New London Architecture

Five minutes with... Hero Bennett

Tuesday 10 January 2023

David Taylor

Editor, NLQ and New London Weekly

David Taylor catches up with sustainability director at Max Fordham to talk net zero, retrofit, Passivhaus, a rise in ‘carbon literacy’ – but urgent need for more action from government.

David Taylor
Hello, Hero. How are you? 
 
Hero Bennett
Well, thank you.
 
David Taylor
I wanted to talk to you about your role as sustainability director for Max Fordham, which I think you were appointed to last year, and your responsibility for achieving sustainable outcomes on projects, but also within the business. I wondered whether, firstly, those two things differ markedly? And also, what you have actually been doing in the name of sustainability on the home front, as it were?
 
Hero Bennett
Yes. I think we do try to test out our thinking in-house to inform our consultancy. So yes, we do try to tie up the two approaches, as much as we can. In terms of both in-house and consultancy, our focus in the last few years has been really trying to get to net zero carbon.  We've set this goal of trying to get all our projects to be net zero carbon, and that's what we're working towards as a practice. So, we've been testing out what that standard means on our own offices. We were one of the first practices to get all our offices Net Zero Carbon standard, and that was through quite a close working relationship with both the verifier and with the UKGBC, to work out really what their standard means in practice. So you know, there are lots of great ideas that the industry is fed into, but actually, when we try to apply these things on a project – and of course, many of our offices are listed buildings, where we've done retrofit – it's not straightforward. So that was a very useful process.
 
David Taylor
What was the trickiest bit?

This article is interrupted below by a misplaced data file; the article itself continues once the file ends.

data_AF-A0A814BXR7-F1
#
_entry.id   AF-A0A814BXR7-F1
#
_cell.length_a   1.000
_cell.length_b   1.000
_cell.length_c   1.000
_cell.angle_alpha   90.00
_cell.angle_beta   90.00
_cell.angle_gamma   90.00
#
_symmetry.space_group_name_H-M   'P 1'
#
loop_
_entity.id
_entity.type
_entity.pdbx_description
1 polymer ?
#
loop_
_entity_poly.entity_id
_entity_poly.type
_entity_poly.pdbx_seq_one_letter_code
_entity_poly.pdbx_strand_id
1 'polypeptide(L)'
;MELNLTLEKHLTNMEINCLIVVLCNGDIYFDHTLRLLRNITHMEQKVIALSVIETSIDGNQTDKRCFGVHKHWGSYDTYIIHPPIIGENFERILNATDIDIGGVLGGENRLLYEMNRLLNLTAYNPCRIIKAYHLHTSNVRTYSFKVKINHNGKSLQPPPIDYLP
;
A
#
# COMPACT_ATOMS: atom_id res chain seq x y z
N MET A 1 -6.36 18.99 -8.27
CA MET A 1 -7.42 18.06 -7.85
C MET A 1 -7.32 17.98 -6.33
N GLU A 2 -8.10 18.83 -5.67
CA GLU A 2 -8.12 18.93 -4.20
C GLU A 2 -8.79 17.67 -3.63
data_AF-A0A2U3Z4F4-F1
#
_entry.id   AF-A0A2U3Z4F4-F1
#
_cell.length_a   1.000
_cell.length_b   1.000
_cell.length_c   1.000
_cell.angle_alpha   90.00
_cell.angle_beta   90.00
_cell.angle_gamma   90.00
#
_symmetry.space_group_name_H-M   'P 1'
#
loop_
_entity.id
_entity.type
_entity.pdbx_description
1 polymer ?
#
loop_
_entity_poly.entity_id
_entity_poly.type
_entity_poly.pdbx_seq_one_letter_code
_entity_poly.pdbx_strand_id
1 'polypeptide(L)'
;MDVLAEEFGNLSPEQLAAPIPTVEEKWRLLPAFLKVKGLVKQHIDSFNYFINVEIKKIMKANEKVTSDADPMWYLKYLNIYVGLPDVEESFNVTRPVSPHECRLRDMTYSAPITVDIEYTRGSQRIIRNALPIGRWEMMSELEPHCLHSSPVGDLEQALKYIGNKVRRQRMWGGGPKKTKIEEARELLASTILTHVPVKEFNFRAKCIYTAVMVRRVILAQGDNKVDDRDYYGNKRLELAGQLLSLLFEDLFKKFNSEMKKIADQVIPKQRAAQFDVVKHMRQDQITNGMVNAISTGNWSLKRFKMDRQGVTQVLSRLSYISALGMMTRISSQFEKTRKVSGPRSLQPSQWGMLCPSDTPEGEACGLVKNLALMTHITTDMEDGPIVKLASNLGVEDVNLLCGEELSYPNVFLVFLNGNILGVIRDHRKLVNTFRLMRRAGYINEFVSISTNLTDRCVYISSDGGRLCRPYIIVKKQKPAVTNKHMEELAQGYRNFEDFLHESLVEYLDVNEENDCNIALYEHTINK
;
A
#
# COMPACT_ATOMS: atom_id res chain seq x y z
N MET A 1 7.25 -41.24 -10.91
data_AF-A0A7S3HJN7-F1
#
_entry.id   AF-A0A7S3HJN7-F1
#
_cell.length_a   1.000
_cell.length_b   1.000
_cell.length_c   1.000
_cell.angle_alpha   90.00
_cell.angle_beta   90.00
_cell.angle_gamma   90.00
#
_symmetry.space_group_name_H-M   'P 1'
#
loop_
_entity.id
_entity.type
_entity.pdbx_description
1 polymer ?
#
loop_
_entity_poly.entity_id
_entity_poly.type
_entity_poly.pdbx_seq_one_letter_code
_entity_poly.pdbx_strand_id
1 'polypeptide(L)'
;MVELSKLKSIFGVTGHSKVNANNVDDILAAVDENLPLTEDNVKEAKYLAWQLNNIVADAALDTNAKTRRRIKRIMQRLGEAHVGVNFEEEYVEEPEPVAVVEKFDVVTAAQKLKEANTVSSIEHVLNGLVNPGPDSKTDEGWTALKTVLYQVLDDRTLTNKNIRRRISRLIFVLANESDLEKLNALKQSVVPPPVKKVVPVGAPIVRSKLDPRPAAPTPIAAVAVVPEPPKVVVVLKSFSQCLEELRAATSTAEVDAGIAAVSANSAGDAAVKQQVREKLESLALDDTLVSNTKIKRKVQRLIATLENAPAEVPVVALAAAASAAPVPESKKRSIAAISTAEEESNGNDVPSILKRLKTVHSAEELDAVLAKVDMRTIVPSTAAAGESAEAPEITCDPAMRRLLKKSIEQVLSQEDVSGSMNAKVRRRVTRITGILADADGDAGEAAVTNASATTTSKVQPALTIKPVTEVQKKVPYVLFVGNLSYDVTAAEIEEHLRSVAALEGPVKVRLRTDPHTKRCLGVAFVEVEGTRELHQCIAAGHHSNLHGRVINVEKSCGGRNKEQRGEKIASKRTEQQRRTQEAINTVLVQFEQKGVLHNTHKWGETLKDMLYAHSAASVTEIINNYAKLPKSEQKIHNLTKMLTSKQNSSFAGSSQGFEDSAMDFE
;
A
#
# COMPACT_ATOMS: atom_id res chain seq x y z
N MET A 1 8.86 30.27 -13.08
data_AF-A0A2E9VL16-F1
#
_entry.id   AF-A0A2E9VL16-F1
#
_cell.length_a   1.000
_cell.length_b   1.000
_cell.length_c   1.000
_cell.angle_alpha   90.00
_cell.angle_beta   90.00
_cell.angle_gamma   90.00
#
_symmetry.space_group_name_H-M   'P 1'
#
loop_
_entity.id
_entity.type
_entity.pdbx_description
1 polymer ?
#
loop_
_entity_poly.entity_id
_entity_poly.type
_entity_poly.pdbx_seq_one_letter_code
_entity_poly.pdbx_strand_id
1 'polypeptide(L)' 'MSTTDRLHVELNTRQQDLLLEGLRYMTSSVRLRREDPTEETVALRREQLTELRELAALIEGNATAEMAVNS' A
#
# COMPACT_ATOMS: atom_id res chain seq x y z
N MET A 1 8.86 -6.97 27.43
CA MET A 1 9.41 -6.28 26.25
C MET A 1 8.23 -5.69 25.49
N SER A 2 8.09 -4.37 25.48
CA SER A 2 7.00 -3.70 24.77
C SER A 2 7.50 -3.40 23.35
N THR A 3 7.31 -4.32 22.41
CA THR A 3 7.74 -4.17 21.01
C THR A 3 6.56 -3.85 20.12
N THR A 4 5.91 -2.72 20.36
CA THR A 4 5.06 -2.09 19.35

Hero Bennett
Well, for example, there are areas of some of the buildings where we don't have metered data, because it comes straight from the landlord, and hasn't been easy to achieve that. And there have been other parts of the buildings where we've retrofitted as a listed building; is that retrofit enough? That's a very live topic at the moment; you know; what is an appropriate retrofit standard? There are different challenges in each of the buildings that we occupy. So we've taken that knowledge, and we've been using that a lot, on many of our projects. We now have lots of projects that are targeting net zero carbon and a few that have achieved that. For example, the Atomico refurbishment, which was the first net zero carbon office refurbishment. And yeah, we've been working with that and developing standards, and actually, some of the people in the practice are working on that, the UK zero carbon building standard being developed at the moment. I'm working with a task group so that is also certainly a very live issue for us.
 
David Taylor
How would you say the approach to sustainability in the built environment professions has changed in the last two or three years?
 
Hero Bennett
I think there's so much more understanding, so much more carbon literacy. The approach that we take is that we used to have to do a lot of capacity building around what the biggest issues are. What are the approaches that projects should be taking? And actually, well, of course, we still have to do that. But there's so much better understanding that we are being presented with; in many cases, quite sophisticated, incredibly challenging briefs. And sometimes, you know, with competing standards that aren't necessarily at this point achievable. Some of the extremely challenging standards are around achieving future climate with passive design, and also achieving ultra-low energy. These things are achievable, but not with business-as-usual buildings. And so, I think there's a real learning curve with, with clients with respect to that. What are realistic budgets for some of these really extreme and aspirational briefs? But yes, I think generally the industry is much more shifting towards more retrofit, and we're seeing clients really seeing the benefits. They're being pushed for lower energy in so many different ways; in relation to their finances, in relation to their stakeholders, their energy bills, and operating costs. But also, there is just much greater awareness of issues like embodied carbon, and now, increasingly, water consumption. So, you know, while rainwater harvesting was very fashionable 15 years ago, actually, then people realized it required a lot of maintenance, and many clients were not really equipped to do that. There's a real shift now in terms of an awareness of water being a real issue, again. Quite an interesting change.